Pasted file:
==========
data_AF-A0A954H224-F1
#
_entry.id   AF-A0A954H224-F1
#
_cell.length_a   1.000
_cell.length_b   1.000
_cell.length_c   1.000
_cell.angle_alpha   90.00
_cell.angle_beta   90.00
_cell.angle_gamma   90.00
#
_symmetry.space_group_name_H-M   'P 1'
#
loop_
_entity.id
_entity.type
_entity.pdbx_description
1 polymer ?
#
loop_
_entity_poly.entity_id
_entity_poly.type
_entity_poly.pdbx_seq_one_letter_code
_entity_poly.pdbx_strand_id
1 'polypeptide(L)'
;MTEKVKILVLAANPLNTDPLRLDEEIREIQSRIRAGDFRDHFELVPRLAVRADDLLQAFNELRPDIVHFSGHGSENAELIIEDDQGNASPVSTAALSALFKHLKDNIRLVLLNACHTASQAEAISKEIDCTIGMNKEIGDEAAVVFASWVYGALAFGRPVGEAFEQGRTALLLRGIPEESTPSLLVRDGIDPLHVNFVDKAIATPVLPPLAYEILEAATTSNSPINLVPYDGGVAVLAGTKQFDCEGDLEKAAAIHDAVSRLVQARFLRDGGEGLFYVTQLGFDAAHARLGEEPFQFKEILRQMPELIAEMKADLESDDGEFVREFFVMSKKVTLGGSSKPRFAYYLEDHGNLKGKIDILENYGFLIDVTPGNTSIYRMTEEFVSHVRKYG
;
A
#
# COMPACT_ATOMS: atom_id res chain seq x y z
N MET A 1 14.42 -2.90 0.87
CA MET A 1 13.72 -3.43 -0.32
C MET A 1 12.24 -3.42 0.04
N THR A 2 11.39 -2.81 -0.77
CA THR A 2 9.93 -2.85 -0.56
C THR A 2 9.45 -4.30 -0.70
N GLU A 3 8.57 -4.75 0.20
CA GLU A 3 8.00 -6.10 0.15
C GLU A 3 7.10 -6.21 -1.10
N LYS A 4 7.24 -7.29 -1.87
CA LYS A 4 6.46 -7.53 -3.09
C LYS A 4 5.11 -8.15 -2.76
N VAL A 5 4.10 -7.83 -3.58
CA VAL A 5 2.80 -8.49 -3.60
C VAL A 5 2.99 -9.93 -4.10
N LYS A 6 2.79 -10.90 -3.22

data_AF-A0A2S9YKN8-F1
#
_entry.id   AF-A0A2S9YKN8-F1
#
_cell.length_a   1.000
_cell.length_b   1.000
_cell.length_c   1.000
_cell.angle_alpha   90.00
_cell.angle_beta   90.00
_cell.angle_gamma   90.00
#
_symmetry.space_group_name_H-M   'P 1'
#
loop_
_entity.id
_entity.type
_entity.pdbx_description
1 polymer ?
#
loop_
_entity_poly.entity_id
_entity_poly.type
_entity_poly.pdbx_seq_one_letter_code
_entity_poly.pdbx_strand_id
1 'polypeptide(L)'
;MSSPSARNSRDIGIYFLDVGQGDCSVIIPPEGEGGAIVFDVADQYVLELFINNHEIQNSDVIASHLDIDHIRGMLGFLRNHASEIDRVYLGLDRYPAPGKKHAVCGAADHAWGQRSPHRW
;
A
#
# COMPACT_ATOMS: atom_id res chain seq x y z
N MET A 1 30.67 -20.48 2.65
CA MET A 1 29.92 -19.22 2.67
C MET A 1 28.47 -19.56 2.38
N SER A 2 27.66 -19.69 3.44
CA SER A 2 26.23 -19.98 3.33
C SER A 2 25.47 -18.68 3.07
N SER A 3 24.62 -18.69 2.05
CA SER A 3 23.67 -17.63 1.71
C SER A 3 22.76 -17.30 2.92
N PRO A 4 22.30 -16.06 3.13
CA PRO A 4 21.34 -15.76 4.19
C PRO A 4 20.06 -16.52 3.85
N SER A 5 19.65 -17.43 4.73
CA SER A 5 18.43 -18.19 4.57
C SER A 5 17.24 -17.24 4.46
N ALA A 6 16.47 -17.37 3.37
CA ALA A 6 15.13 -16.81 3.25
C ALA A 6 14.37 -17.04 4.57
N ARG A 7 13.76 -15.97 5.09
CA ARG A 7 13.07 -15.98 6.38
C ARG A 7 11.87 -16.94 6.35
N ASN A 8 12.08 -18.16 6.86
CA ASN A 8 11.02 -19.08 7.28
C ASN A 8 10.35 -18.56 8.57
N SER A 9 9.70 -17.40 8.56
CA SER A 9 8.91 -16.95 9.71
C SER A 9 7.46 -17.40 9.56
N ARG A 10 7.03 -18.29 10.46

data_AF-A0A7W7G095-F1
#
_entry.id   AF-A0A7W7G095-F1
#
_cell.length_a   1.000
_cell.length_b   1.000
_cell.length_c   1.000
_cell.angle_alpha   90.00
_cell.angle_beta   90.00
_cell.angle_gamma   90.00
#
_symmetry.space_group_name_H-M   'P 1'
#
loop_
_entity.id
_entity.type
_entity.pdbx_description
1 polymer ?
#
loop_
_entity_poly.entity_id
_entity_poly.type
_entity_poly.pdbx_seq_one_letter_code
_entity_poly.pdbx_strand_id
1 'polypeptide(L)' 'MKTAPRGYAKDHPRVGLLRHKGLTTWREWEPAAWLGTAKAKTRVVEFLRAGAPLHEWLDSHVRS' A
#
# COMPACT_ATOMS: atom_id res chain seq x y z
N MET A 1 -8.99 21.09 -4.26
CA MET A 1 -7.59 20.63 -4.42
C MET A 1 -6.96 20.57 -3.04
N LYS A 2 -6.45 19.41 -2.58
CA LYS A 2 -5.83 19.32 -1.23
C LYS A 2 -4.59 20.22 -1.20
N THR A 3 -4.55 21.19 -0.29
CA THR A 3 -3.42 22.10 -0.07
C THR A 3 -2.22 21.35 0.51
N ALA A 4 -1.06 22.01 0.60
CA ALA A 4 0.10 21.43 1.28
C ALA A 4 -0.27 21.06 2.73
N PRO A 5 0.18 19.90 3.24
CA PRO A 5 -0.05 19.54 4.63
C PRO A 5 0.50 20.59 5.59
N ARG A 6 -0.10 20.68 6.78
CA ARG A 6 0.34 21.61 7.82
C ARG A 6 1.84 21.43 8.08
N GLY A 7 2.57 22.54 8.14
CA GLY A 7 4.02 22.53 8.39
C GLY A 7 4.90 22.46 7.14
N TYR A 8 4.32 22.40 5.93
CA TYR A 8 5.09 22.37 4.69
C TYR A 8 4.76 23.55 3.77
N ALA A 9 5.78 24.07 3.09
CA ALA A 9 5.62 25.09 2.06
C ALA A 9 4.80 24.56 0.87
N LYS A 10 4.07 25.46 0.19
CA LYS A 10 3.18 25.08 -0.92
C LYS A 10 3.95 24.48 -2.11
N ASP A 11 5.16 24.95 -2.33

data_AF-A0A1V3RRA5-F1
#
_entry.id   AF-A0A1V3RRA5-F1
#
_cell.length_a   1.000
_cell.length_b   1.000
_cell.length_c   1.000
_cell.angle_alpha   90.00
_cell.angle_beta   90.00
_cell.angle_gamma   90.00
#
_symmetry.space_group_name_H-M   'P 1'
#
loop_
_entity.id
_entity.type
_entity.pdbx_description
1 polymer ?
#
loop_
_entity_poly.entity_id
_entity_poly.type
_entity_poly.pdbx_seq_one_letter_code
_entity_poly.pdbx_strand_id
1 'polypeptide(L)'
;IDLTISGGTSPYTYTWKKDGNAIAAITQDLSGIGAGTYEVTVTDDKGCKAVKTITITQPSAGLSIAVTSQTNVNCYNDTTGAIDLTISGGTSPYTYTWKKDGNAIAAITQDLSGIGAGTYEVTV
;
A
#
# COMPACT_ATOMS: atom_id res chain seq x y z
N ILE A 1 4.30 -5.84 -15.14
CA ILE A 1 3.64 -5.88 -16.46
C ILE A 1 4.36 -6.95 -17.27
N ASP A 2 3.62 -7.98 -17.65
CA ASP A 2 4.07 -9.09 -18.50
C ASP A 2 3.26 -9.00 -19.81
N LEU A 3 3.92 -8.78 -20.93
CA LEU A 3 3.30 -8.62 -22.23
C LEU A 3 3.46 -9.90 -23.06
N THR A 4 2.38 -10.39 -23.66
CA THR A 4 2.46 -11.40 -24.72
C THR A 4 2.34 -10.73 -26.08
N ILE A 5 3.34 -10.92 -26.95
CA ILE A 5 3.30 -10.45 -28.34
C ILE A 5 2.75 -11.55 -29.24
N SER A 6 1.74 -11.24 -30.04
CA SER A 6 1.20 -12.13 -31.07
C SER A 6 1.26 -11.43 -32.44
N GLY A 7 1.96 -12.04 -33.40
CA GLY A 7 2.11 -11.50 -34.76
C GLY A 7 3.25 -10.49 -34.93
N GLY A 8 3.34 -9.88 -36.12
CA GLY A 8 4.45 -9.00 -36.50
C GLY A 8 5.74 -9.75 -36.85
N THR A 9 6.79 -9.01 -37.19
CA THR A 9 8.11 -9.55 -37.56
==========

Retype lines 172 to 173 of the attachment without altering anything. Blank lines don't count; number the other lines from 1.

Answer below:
_cell.angle_gamma   90.00
#